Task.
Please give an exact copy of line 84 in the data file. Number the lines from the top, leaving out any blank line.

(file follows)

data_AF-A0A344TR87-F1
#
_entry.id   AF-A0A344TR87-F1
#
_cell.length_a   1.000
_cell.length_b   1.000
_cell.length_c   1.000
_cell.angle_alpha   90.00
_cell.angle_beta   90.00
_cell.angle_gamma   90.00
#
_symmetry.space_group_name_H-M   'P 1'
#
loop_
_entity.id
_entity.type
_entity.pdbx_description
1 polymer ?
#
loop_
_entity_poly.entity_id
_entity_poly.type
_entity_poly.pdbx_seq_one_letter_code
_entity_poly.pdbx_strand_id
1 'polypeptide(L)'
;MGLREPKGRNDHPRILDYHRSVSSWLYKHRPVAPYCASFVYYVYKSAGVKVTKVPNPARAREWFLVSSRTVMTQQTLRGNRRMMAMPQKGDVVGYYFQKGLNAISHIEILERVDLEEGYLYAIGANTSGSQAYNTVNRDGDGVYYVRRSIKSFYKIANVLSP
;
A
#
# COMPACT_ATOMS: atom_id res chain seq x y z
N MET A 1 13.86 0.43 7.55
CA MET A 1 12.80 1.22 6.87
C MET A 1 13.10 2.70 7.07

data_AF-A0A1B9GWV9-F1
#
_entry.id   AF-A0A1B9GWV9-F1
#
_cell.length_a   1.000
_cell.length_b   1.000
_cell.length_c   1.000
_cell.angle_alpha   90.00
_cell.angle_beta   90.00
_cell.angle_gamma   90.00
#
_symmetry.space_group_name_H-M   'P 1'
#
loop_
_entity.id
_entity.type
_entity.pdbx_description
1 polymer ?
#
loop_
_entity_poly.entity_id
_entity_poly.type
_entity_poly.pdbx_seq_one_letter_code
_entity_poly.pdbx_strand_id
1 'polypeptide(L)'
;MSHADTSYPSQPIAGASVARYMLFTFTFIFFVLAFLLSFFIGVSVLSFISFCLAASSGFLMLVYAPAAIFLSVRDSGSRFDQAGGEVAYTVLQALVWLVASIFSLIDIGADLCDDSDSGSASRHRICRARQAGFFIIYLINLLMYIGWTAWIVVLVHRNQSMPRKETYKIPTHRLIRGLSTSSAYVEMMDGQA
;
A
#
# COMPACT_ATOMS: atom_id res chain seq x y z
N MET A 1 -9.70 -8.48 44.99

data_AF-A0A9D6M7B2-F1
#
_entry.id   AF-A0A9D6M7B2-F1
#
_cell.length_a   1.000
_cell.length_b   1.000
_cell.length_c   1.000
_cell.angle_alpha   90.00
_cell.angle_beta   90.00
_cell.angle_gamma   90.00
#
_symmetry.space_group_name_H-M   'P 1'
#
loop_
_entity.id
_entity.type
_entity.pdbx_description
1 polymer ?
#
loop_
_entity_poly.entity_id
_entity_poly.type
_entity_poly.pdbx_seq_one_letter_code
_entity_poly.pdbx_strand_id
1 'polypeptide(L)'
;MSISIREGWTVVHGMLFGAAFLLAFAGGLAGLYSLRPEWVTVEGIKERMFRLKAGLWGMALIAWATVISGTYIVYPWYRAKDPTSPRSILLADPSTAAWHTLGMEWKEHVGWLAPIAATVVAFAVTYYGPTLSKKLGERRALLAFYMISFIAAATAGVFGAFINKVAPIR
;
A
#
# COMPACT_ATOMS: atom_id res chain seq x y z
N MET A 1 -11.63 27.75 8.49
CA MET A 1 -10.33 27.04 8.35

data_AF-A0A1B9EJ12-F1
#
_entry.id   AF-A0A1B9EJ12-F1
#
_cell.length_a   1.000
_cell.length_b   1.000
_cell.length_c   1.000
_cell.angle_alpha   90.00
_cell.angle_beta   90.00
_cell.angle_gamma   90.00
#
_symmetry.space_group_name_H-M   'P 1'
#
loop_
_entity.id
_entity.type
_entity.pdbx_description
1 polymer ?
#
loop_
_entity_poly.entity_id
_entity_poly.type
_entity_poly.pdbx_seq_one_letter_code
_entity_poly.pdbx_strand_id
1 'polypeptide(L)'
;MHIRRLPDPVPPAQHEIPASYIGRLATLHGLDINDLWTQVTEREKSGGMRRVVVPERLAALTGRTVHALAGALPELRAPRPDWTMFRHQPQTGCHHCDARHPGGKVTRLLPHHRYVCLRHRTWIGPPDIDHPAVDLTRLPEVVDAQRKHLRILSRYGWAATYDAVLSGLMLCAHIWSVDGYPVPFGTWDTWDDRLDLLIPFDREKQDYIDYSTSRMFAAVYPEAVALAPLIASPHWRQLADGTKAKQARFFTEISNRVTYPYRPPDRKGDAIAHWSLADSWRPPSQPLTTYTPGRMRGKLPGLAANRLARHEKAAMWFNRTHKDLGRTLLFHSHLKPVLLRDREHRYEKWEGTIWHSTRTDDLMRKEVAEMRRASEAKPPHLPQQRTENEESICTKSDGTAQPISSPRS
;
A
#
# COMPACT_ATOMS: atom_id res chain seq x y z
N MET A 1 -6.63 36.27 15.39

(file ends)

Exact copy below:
loop_